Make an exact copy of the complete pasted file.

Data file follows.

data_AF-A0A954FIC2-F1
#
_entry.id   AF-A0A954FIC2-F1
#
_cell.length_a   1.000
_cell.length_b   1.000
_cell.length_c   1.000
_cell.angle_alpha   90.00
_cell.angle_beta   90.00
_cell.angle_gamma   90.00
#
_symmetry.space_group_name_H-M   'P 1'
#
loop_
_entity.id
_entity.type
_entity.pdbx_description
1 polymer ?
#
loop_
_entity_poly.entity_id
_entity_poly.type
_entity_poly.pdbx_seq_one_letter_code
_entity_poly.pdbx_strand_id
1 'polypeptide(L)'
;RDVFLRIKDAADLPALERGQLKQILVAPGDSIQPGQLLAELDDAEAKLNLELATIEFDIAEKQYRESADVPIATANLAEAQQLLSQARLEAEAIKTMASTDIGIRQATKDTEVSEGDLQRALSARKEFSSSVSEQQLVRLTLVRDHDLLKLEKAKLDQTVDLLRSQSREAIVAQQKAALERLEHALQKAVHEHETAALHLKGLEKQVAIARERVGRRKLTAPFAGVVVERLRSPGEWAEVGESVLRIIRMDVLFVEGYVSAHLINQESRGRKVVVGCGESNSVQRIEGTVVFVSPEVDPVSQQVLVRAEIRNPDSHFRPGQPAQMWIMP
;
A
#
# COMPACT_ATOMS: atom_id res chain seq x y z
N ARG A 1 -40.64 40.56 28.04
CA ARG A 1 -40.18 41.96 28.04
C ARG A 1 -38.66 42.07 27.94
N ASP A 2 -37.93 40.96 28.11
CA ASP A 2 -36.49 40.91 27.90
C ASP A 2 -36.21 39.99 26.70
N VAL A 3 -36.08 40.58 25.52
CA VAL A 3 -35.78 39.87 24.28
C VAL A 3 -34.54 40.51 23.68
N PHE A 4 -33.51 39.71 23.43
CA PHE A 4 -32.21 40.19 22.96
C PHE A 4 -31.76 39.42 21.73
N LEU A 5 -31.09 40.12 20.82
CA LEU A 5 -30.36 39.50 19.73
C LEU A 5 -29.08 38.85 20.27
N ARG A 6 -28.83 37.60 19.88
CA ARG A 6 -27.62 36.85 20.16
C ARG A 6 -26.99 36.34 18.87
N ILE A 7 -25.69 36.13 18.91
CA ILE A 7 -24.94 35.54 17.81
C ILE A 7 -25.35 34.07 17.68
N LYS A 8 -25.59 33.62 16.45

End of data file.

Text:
data_AF-A0A954FIC2-F1
#
_entry.id   AF-A0A954FIC2-F1
#
_cell.length_a   1.000
_cell.length_b   1.000
_cell.length_c   1.000
_cell.angle_alpha   90.00
_cell.angle_beta   90.00
_cell.angle_gamma   90.00
#
_symmetry.space_group_name_H-M   'P 1'
#
loop_
_entity.id
_entity.type
_entity.pdbx_description
1 polymer ?
#
loop_
_entity_poly.entity_id
_entity_poly.type
_entity_poly.pdbx_seq_one_letter_code
_entity_poly.pdbx_strand_id
1 'polypeptide(L)'
;RDVFLRIKDAADLPALERGQLKQILVAPGDSIQPGQLLAELDDAEAKLNLELATIEFDIAEKQYRESADVPIATANLAEAQQLLSQARLEAEAIKTMASTDIGIRQATKDTEVSEGDLQRALSARKEFSSSVSEQQLVRLTLVRDHDLLKLEKAKLDQTVDLLRSQSREAIVAQQKAALERLEHALQKAVHEHETAALHLKGLEKQVAIARERVGRRKLTAPFAGVVVERLRSPGEWAEVGESVLRIIRMDVLFVEGYVSAHLINQESRGRKVVVGCGESNSVQRIEGTVVFVSPEVDPVSQQVLVRAEIRNPDSHFRPGQPAQMWIMP
;
A
#
# COMPACT_ATOMS: atom_id res chain seq x y z
N ARG A 1 -40.64 40.56 28.04
CA ARG A 1 -40.18 41.96 28.04
C ARG A 1 -38.66 42.07 27.94
N ASP A 2 -37.93 40.96 28.11
CA ASP A 2 -36.49 40.91 27.90
C ASP A 2 -36.21 39.99 26.70
N VAL A 3 -36.08 40.58 25.52
CA VAL A 3 -35.78 39.87 24.28
C VAL A 3 -34.54 40.51 23.68
N PHE A 4 -33.51 39.71 23.43
CA PHE A 4 -32.21 40.19 22.96
C PHE A 4 -31.76 39.42 21.73
N LEU A 5 -31.09 40.12 20.82
CA LEU A 5 -30.36 39.50 19.73
C LEU A 5 -29.08 38.85 20.27
N ARG A 6 -28.83 37.60 19.88
CA ARG A 6 -27.62 36.85 20.16
C ARG A 6 -26.99 36.34 18.87
N ILE A 7 -25.69 36.13 18.91
CA ILE A 7 -24.94 35.54 17.81
C ILE A 7 -25.35 34.07 17.68
N LYS A 8 -25.59 33.62 16.45